Express and Star, Hohenzollern Redoubt, J. Shaw and Sons Ltd, Leslie Shaw, Loos, Queen Street Congregational Church, Richmond Road, Sedbergh School, South Staffordshire Regiment, University of Birmingham, Walsall, Wolverhampton Grammar School, Yorkshire
Some of the information in this blog post has been contributed by Susan Martin, a volunteer working on the Queen Street project:
Leslie Gardner Shaw was born in Wolverhampton on 12 September 1890, the son of John Perks and Eliza Shaw. In 1901, he was living with his family at West Bank, Richmond Road. The household consisted of Leslie, his parents, brother Malcolm J. B., servants Annie S. Stanton and Elizabeth Thomas, and a visitor, theological student Henry C. Carter from London. Leslie was educated at Wolverhampton Grammar School and Sedbergh School in Yorkshire, before studying from September 1907 to December 1910 at the University of Birmingham for a B.Commerce (which he never took).
He was a private in the Sedbergh school cadet corps until he left the school in 1908. He later joined what was presumably the family firm of Messrs. J. Shaw and Sons, Ltd, hardware merchants. The 1911 census records him as a clerk in the firm, his older brother Cecil Hamilton being the firm’s secretary. Their father had by this time retired. Leslie had another brother, Malcolm Jon Bell, who was a pupil in farming at that time. The Shaw family were prominent and active members of the Queen Street Congregational Church. John Perks was a long serving deacon and secretary to the church.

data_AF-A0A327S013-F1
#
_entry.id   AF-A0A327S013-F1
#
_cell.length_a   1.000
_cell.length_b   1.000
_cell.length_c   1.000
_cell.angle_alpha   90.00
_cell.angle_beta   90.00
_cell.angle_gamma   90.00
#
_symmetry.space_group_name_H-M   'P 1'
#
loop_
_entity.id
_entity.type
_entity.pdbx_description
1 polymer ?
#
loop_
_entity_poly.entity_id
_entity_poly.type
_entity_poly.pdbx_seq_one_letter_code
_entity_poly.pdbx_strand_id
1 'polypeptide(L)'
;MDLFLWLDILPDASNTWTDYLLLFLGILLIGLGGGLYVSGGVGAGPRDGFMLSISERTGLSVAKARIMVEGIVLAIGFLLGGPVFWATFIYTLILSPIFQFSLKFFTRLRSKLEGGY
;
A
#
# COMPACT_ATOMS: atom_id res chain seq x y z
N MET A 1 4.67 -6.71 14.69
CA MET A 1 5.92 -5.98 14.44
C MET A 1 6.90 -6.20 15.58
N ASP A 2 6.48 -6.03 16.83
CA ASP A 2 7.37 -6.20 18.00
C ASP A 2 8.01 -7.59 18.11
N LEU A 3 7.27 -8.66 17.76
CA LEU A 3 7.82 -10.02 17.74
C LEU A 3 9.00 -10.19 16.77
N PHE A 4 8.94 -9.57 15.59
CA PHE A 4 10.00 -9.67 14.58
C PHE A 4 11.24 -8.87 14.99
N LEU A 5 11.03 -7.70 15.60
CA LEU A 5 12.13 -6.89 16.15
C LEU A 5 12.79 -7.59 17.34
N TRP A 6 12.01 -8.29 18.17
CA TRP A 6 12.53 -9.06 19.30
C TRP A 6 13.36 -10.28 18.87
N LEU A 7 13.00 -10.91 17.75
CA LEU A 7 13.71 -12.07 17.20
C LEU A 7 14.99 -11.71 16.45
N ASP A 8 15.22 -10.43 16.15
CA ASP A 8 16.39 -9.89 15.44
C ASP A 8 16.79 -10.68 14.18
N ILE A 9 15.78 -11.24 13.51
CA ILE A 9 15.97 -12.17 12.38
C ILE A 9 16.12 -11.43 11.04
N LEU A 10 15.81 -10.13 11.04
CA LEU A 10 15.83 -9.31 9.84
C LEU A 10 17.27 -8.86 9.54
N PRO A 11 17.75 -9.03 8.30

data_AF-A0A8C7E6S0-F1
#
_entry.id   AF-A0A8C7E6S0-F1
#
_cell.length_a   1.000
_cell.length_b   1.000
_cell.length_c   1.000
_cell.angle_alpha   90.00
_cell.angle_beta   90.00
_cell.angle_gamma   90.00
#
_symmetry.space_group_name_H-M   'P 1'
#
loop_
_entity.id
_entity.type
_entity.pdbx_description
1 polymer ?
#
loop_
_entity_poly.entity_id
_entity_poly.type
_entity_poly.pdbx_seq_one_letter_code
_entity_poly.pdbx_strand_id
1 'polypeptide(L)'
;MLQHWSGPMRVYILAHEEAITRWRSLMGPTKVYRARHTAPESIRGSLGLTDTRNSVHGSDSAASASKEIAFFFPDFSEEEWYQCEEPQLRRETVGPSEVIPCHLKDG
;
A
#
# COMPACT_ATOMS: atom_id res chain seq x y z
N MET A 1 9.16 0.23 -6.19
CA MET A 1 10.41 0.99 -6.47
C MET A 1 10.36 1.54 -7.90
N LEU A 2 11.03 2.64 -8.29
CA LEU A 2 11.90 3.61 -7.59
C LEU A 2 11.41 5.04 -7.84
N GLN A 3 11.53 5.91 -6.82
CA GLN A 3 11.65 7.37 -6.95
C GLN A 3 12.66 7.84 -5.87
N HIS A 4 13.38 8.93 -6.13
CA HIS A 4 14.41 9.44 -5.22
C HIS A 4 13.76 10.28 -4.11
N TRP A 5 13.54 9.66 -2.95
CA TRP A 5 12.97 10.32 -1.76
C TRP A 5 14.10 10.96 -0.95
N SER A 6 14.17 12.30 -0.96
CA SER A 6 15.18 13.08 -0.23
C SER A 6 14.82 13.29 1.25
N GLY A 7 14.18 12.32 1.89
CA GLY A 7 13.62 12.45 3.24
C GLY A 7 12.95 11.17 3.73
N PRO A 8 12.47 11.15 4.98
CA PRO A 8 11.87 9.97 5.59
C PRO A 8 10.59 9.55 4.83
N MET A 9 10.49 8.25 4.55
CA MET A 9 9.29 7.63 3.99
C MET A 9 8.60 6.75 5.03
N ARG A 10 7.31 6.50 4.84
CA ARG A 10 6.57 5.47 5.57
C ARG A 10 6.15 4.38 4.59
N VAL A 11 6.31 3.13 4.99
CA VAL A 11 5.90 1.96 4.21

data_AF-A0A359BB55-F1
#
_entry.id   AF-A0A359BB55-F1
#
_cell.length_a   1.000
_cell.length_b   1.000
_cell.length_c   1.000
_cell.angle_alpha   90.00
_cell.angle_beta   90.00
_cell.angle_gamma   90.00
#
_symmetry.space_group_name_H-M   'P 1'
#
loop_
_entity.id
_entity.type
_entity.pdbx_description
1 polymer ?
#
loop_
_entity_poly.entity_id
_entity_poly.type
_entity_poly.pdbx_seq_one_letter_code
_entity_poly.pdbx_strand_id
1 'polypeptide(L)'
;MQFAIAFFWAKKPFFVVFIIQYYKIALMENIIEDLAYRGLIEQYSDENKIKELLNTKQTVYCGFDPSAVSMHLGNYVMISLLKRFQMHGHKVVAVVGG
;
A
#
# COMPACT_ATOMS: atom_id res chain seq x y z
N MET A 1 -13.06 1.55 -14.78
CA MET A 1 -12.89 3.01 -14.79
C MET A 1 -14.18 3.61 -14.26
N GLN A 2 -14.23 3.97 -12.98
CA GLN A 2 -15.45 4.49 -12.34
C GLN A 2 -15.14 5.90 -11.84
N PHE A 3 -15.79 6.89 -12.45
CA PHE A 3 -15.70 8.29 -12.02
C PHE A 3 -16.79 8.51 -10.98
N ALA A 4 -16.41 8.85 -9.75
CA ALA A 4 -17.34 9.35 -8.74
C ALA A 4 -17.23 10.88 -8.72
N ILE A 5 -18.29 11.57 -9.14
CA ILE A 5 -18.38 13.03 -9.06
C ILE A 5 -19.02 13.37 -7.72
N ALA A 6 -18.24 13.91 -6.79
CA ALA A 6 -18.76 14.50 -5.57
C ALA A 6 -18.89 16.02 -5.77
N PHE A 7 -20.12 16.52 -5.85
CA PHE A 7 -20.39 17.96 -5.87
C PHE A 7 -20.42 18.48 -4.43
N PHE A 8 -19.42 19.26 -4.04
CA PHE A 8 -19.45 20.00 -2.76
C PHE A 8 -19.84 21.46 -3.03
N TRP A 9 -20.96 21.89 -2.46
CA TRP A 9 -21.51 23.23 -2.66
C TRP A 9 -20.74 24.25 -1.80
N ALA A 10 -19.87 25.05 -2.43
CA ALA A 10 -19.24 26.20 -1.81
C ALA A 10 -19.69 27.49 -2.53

Leslie attested on 21/9/1914 in Walsall, 5ft 9ins tall, brown hair, grey eyes and was in D company 1/5th South Staffordshire Regiment when he was made a 2nd Lieutenant on 4/8/1915. He then moved to A company. The Reverend Thompson, minister at Queen Street Congregational Church, signed his application form for a commission. At the time of his death on 13 October 1915, the battalion was involved in fierce fighting at the Hohenzollern Redoubt near Loos. He was listed among a collection of local officers who had died in the Express & Star on 22 September 1916. A press cutting dated 21 October 1915, including the attached photograph, appears in the First World War scrapbook held at Wolverhampton Archives. He is commemorated on the Loos Memorial, as well as on the memorial of Queen Street Congregational Church. Although his name appears on Wolverhampton Grammar School’s list of men who died in the war, no obituary appeared in the school magazine for him. His name is on Panel 2 in the cloister of Sedbergh College. John Perks Shaw died on 20 October 1933 aged 84 at West Bank and left an estate worth £24146 3s 5d.